I certainly do not have sufficient attachment to this one to justify that effort and cost! But I appreciate you mentioning it. Thanks again.
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Old 07-05-21, 11:18 PM
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Like has been said, look for a complete bike first. Would she be ok on a 26 inch? There are many more of them.

If you do change the wheel on the existing, you don't have to stay with 5 speed. You could get a 6 or 7 speed wheel. You could probably set up the existing derailleur so 5 of those can be used.
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Old 07-07-21, 01:03 PM
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Try just sanding down the rust on the rims first. Aluminum foil makes an OK rust sanding medium.

Yes you can remove the freewheel and reuse it. Youíll need a special tool.

Yes you can buy a wheel for six or 7 speeds and remount your 5 speed freewheel. There will likely be an axle spacer that makes the difference. Reuse the axle spacer from the 5 speed wheel. You might have to redish the wheel.

Iím doing these steps to a bike right now. Way more of a PITA than itís worth. Iím only doing it to learn.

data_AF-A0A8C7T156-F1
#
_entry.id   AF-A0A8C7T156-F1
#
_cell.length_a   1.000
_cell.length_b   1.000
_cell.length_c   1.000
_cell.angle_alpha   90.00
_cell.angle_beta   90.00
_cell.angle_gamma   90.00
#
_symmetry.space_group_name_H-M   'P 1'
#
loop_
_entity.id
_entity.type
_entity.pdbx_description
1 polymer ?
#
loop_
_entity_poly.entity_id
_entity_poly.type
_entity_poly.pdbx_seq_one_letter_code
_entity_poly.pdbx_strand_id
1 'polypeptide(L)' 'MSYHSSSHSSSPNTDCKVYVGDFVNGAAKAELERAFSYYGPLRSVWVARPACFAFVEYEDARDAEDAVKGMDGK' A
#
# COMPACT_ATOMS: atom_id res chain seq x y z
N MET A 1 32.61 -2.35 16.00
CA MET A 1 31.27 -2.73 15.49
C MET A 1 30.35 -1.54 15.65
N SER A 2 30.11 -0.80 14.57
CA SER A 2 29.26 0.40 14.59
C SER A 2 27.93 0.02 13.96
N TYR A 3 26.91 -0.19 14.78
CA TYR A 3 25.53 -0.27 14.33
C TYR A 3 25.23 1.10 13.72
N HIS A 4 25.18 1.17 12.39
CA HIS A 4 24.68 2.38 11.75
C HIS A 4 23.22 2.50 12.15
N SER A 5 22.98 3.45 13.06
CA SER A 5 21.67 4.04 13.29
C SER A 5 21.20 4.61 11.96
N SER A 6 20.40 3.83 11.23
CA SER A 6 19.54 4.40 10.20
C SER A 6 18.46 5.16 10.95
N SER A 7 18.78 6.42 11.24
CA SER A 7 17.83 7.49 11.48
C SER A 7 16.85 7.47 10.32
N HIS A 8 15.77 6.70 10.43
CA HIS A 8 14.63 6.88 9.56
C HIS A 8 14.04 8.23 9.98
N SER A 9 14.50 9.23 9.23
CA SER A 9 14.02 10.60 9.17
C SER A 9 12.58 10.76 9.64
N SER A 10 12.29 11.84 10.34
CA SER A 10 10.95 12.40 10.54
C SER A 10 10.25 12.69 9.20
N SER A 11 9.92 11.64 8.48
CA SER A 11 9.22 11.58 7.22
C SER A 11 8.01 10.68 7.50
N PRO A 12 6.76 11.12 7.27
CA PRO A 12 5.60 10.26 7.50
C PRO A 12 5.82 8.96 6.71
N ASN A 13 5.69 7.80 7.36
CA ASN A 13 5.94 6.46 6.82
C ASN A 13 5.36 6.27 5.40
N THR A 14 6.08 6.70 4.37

I also want to build a wheel- also more of a PITA than itís worth and only want to do it to learn.
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Old 07-07-21, 01:37 PM
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You should be able screw a 5-speed freewheel on any wheel that is marked 5/6/7 FREEWHEEL (or upgrade depending on your shifters).

The "Modern Bike" link above lists "135 OLD". That is the measurement between the dropouts on the bike. You should be able to adjust the width, especially with a 5-speed freewheel, but that is another potential complication. Ideally after adjusting spacers, you should also adjust the dish and truing of the wheel.

These are listed as having an aluminum rim, alloy hubs, quick release, freewheel. "135 OLD".

https://www.ebay.com/itm/124753028062

The anodized brake track will eventually wear some, but that is OK.
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Old 04-15-22, 11:05 AM
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Honestly, you'll spend too much on new rims. Find another 24" bike with aluminum rims and just swap or get another used, better bike is my $.02
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Old 04-19-22, 11:07 AM
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Roadmaster is the cheap Walmart brand. And a 20+ year old Walmart bike is not worth much. I would not bother to replace the wheels on that bike unless with some better 24" from a cheap used bike. Otherwise you probably pay more for fixing up than for a decent newer used bike. The classifieds are full of decent used bikes. I would also recommend getting a bike with 26" wheels. The 24" wheels are a bit of an odd size and not that common and tires and tubes can be more difficult to find.
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Old 04-21-22, 04:18 PM
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Mrs SteveG23 deserves a new bike, or at the very least a very good used one. One she can test ride beforehand or she likely won't like it.